In a blistering letter published by the New York Times this week, former American Jewish leader Seymour Reich denounced Israel’s prime minister for interfering in America’s affairs by urging Congress to reject the Iran deal. Reich is a former chairman of the Presidents’ Conference and once headed the U.S. Holocaust Memorial Commission. Which means he should have known better.
For the very same day that Reich’s letter appeared, diplomats from the five European and Asian countries involved in negotiating the deal were on Capitol Hill, urging Congress to accept the Iran deal. Will Seymour Reich now write a follow-up letter, accusing the European and Asian diplomats of interfering in America’s affairs? Don’t hold your breath.
In his August 7 letter, Reich argued that Netanyahu’s appeals to American Jewry and Congress have been “wholly inappropriate” because they “constituted an intrusion by a foreign leader into American domestic politics.”
Reich continued: “It’s up to the United States to make a decision on this deal on its merits.” Well, of course it is, and it will. Prime Minister Netanyahu is forcefully expressing his opinion as to the specific merits of the Iran deal, and Members of Congress will weigh his opinion along with the opinions of many others, and then decide. How can it be “inappropriate” for the prime minister of the country most endangered by the deal, to express his opinion on it?
As might be expected, foreign supporters of the deal have been chiming in, too. Diplomats from Germany, Britain, France, Russia, and China have “launched a coordinated lobbying effort on Capitol Hill,” the Washington Post reports.
Philipp Ackermann, the deputy ambassador from Germany, together with the deputy ambassadors of the other countries involved in the Iran talks, began by “briefing” 25 Democratic senators, and additional meetings with senators are set for next week. These foreign representatives also “have been in regular contact with members of the House,” the Post notes. According to the Post, the foreign diplomats have echoed many of the arguments that [President] Obama has made.” What a coincidence!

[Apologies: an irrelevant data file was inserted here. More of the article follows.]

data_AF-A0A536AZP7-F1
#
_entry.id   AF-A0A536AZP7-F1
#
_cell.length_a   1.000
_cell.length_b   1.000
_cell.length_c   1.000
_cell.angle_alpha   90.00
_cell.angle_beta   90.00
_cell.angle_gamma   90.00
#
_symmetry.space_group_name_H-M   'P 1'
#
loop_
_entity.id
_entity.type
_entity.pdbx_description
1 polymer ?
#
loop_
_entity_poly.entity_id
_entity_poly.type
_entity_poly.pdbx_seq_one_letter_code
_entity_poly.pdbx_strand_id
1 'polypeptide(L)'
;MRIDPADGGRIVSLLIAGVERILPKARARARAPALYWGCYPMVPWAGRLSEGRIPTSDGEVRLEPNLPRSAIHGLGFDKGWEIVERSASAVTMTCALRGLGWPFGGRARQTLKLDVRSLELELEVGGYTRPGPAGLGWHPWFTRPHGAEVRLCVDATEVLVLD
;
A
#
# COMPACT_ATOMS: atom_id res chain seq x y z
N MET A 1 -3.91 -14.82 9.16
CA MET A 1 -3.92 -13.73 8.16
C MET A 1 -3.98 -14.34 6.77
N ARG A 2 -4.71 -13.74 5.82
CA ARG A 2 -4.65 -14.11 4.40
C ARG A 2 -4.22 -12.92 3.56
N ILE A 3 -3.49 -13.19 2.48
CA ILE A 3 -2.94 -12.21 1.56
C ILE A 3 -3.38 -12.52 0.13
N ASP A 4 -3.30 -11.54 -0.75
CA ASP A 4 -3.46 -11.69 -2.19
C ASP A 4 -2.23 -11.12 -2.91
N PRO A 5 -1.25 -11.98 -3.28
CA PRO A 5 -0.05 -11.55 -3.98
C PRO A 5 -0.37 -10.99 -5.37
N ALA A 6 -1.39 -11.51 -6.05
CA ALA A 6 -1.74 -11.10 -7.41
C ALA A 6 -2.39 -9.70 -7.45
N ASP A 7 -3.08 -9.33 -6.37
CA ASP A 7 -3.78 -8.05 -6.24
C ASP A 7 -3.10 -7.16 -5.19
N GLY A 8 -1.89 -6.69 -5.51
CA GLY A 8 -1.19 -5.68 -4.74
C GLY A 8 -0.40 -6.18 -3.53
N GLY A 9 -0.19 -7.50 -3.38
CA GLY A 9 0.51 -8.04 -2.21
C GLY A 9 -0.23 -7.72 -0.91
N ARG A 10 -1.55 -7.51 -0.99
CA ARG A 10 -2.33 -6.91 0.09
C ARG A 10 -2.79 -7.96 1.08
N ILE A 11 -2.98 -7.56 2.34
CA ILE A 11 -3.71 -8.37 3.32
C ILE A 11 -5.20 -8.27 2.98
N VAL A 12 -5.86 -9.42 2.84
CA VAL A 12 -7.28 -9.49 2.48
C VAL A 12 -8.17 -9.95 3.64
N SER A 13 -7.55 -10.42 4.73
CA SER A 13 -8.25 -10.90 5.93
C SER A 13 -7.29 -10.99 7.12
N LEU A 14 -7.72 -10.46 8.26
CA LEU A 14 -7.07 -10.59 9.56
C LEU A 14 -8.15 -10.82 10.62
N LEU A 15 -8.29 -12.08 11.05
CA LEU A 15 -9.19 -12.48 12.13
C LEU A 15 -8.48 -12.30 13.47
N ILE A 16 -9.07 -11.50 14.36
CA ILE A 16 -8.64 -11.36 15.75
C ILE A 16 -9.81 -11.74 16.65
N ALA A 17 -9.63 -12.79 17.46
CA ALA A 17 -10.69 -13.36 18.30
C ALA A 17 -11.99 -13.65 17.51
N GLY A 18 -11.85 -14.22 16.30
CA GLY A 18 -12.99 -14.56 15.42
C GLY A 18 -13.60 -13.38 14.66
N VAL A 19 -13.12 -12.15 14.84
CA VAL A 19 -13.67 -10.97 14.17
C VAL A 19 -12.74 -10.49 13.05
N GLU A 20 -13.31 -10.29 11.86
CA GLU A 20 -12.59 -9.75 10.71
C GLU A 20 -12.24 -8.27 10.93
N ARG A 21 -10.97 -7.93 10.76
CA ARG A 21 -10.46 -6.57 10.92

Thirty years ago, Seymour Reich was chairman of the Conference of Presidents of Major American Jewish Organizations. Thank goodness he’s not the chairman of the Conference now. The current chairman, Stephen M. Greenberg, has pointedly refused to endorse the Iran deal. The Conference of Presidents supported Prime Minister Netanyahu’s address to Congress in March, and it cosponsored Netanyahu’s webcast to American Jewry last week.
If Seymour Reich and the other Jewish supporters of the Iran agreement were sincerely opposed to “foreign intrusion” in the debate, they would be angrily condemning Germany, Britain, France, Russia, and China for lobbying just as they are condemning Netanyahu. But their criticism is reserved for Israel’s prime minister alone.
Their invocation of the high-sounding principle of “no foreign intrusion” is phony. What bothers them is not foreign intrusion; what bothers them is what those foreigners are saying. Foreign intruders who are against the deal are dangerous interlopers, in their view; but foreign intruders who support the deal are perfectly welcome.
So please, Mr. Reich, stop pretending that this is an argument over whether or not foreigners should express their opinions. Make your case on the merits. Try to convince us that a deal which gives Iran 24 days to hide its nuclear violations, permits Iran to develop intercontinental ballistic missiles, and strengthens Iranian proxies such as Hezbollah and Hamas is a good deal for America and Israel.
Maybe you’ll succeed in persuading a few American Jews to endorse it. And then maybe afterwards, you can ask if they’d be interested in purchasing a certain bridge in Brooklyn.
(Mr. Korn, the former executive editor of the Philadelphia Jewish Exponent and the Miami Jewish Tribune, is chairman of the Philadelphia Religious Zionists.)